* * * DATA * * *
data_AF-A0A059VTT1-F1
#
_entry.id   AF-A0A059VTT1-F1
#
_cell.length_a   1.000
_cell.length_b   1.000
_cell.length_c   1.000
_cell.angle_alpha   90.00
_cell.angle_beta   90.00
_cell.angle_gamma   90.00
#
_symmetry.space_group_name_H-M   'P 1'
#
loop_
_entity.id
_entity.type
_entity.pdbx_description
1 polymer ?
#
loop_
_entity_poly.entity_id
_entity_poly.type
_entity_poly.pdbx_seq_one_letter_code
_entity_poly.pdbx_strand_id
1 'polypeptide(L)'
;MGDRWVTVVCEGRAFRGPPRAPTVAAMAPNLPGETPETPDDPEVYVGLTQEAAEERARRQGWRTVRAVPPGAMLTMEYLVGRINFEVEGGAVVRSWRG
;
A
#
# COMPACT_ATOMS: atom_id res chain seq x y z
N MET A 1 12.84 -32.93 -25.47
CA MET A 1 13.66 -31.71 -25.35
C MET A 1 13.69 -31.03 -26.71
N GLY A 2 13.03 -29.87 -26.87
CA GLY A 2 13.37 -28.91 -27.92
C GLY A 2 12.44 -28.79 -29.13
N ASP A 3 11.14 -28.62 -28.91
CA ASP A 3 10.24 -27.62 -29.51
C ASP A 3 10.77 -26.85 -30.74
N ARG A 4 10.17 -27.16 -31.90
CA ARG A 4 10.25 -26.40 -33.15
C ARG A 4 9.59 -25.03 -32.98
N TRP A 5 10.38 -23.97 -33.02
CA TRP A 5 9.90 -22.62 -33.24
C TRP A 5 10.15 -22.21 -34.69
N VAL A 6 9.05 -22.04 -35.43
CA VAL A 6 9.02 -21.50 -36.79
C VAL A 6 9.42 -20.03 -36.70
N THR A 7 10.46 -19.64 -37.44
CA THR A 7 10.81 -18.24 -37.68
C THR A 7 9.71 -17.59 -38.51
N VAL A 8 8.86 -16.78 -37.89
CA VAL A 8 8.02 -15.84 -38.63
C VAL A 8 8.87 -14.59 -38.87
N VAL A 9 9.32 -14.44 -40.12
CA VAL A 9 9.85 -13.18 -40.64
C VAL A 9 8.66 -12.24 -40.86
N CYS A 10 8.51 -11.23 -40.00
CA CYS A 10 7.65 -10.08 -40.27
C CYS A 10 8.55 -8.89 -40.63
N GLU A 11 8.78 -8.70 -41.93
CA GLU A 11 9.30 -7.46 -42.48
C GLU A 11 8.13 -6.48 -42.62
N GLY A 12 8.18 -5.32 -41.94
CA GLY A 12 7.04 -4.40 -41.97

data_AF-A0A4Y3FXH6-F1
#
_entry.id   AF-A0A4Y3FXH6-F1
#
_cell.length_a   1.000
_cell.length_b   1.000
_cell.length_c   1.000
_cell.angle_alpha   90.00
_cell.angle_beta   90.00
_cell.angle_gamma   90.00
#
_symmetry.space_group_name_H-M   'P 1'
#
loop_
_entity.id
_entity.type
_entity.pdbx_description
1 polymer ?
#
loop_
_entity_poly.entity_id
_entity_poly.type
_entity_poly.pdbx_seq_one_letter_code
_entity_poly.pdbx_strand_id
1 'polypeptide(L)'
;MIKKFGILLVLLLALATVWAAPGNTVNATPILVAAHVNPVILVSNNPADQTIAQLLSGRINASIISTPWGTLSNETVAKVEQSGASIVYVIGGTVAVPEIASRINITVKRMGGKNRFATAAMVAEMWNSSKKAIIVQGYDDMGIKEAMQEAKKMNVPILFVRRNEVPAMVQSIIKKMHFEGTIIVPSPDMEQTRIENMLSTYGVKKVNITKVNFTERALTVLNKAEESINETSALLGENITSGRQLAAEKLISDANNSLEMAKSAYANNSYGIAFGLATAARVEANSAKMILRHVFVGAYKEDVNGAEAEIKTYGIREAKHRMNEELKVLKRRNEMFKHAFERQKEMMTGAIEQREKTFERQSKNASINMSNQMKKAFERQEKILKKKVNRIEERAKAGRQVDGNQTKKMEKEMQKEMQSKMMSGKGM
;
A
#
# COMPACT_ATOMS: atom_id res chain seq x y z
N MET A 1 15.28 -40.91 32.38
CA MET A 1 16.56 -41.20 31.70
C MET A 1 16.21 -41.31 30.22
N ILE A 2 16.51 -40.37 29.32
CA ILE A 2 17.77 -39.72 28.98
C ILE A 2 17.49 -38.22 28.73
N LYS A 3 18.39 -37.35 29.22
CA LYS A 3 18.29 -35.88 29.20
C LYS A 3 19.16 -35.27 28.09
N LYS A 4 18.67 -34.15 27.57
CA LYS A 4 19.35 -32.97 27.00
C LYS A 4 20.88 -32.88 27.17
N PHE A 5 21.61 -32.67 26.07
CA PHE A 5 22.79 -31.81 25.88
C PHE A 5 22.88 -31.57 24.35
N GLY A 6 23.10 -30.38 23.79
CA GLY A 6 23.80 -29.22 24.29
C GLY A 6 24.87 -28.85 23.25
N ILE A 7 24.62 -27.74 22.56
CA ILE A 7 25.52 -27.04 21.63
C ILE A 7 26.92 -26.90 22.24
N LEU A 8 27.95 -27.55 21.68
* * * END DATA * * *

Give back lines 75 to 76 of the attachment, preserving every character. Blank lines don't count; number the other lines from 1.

_cell.angle_gamma   90.00
#